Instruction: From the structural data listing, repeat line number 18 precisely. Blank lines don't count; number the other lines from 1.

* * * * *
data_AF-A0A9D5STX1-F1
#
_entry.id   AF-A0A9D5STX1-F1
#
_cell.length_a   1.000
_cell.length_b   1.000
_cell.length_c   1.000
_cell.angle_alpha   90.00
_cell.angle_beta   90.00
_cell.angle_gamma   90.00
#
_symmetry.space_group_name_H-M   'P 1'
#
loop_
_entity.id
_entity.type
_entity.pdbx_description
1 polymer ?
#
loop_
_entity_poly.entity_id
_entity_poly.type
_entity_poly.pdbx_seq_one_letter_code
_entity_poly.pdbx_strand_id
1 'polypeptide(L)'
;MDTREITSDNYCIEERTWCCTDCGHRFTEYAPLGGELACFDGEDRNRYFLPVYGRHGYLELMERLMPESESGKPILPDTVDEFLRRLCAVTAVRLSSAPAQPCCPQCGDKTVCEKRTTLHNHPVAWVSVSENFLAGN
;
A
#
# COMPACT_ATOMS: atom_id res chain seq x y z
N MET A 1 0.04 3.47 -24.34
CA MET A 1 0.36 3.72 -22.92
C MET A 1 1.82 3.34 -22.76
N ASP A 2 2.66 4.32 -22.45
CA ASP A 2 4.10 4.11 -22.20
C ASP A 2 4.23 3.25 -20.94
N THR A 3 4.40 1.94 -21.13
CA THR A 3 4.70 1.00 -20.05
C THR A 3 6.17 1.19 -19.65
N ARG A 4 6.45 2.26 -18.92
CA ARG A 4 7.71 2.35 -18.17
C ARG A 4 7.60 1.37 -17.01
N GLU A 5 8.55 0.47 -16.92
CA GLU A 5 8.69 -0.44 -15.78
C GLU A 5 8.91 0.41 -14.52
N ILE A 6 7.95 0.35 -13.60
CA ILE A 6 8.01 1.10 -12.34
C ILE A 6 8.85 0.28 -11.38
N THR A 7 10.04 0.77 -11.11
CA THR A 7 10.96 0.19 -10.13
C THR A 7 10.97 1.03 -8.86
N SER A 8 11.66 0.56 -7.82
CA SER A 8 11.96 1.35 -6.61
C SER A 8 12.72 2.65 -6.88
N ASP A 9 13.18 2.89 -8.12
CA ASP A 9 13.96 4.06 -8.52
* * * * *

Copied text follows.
1 polymer ?